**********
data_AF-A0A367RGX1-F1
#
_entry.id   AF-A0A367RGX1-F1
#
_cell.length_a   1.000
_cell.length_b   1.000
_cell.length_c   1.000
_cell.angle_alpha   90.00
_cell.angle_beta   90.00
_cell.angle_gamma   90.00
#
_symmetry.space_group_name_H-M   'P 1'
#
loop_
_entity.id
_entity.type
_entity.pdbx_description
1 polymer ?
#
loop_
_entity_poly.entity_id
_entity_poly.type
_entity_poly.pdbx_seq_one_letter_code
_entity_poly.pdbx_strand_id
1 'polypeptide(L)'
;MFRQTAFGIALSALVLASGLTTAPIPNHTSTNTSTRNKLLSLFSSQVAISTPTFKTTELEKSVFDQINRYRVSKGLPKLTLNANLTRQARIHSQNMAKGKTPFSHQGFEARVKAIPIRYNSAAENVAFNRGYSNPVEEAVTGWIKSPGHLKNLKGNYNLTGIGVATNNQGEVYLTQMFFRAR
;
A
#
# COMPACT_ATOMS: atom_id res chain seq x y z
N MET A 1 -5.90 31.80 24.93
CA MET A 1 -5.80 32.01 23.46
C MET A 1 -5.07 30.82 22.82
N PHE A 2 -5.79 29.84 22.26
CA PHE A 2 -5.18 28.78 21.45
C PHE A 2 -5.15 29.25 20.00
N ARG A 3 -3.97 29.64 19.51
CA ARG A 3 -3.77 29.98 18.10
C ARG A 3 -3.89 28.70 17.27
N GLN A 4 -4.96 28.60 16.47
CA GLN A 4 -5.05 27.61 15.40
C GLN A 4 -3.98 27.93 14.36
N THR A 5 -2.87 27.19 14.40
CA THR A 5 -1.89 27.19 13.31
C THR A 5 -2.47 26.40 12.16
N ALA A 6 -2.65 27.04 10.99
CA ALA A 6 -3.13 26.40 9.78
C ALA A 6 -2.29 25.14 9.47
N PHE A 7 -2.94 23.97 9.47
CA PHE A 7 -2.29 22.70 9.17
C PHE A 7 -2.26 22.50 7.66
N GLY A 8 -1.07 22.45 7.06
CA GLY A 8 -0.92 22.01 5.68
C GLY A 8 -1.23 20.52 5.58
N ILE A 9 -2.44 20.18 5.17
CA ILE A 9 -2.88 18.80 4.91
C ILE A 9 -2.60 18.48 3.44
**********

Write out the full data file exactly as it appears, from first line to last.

data_AF-A0A367RGX1-F1
#
_entry.id   AF-A0A367RGX1-F1
#
_cell.length_a   1.000
_cell.length_b   1.000
_cell.length_c   1.000
_cell.angle_alpha   90.00
_cell.angle_beta   90.00
_cell.angle_gamma   90.00
#
_symmetry.space_group_name_H-M   'P 1'
#
loop_
_entity.id
_entity.type
_entity.pdbx_description
1 polymer ?
#
loop_
_entity_poly.entity_id
_entity_poly.type
_entity_poly.pdbx_seq_one_letter_code
_entity_poly.pdbx_strand_id
1 'polypeptide(L)'
;MFRQTAFGIALSALVLASGLTTAPIPNHTSTNTSTRNKLLSLFSSQVAISTPTFKTTELEKSVFDQINRYRVSKGLPKLTLNANLTRQARIHSQNMAKGKTPFSHQGFEARVKAIPIRYNSAAENVAFNRGYSNPVEEAVTGWIKSPGHLKNLKGNYNLTGIGVATNNQGEVYLTQMFFRAR
;
A
#
# COMPACT_ATOMS: atom_id res chain seq x y z
N MET A 1 -5.90 31.80 24.93
CA MET A 1 -5.80 32.01 23.46
C MET A 1 -5.07 30.82 22.82
N PHE A 2 -5.79 29.84 22.26
CA PHE A 2 -5.18 28.78 21.45
C PHE A 2 -5.15 29.25 20.00
N ARG A 3 -3.97 29.64 19.51
CA ARG A 3 -3.77 29.98 18.10
C ARG A 3 -3.89 28.70 17.27
N GLN A 4 -4.96 28.60 16.47
CA GLN A 4 -5.05 27.61 15.40
C GLN A 4 -3.98 27.93 14.36
N THR A 5 -2.87 27.19 14.40
CA THR A 5 -1.89 27.19 13.31
C THR A 5 -2.47 26.40 12.16
N ALA A 6 -2.65 27.04 10.99
CA ALA A 6 -3.13 26.40 9.78
C ALA A 6 -2.29 25.14 9.47
N PHE A 7 -2.94 23.97 9.47
CA PHE A 7 -2.29 22.70 9.17
C PHE A 7 -2.26 22.50 7.66
N GLY A 8 -1.07 22.45 7.06
CA GLY A 8 -0.92 22.01 5.68
C GLY A 8 -1.23 20.52 5.58
N ILE A 9 -2.44 20.18 5.17
CA ILE A 9 -2.88 18.80 4.91
C ILE A 9 -2.60 18.48 3.44